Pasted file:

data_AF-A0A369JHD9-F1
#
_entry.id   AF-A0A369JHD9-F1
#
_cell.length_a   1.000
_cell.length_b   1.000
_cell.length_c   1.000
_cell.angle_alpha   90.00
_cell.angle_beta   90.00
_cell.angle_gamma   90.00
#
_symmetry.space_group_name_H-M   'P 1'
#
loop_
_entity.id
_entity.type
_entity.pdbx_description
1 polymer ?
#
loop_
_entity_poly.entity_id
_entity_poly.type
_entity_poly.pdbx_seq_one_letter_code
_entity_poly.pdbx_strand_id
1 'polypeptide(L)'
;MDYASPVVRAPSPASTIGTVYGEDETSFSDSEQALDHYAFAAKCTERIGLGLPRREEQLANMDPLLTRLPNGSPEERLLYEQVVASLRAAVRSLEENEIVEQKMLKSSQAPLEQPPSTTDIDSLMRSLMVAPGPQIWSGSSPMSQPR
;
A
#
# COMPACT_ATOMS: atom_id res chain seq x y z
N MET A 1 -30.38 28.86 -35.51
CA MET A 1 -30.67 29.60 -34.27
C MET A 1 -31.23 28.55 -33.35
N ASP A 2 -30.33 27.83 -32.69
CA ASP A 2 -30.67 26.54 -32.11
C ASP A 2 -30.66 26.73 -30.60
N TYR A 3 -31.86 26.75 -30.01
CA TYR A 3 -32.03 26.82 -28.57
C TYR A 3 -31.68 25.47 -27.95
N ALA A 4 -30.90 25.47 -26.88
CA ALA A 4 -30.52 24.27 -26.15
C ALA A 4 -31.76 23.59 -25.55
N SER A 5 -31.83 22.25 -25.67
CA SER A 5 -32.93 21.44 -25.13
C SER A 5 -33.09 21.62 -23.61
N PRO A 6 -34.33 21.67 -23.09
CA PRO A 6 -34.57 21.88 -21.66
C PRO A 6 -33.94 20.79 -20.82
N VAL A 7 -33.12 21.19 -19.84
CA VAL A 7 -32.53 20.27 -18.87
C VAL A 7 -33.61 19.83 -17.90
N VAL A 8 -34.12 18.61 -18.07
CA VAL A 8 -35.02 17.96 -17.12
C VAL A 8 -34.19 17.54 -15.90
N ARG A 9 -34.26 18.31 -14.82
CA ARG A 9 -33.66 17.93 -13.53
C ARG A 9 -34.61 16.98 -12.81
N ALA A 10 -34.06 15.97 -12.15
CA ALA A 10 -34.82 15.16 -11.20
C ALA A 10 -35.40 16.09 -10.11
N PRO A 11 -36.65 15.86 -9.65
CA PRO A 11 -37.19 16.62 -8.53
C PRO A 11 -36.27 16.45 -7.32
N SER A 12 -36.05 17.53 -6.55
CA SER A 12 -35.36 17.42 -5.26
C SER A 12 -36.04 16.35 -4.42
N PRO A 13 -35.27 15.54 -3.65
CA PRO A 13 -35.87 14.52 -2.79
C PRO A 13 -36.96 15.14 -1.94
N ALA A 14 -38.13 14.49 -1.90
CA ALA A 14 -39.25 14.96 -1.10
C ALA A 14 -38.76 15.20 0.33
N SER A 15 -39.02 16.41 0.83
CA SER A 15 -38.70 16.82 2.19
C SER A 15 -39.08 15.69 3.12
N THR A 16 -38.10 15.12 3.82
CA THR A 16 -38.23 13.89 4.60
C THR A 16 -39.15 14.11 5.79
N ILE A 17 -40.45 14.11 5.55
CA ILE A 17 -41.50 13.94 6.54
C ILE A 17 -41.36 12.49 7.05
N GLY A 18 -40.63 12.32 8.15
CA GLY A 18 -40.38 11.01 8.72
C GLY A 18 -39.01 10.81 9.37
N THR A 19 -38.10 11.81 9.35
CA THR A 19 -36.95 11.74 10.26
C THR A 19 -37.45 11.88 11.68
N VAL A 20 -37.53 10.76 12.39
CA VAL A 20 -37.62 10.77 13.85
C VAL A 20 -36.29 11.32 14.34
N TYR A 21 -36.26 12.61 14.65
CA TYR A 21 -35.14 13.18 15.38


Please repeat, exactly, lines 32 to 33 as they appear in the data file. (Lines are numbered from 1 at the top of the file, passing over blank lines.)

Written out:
CA MET A 1 -30.67 29.60 -34.27
C MET A 1 -31.23 28.55 -33.35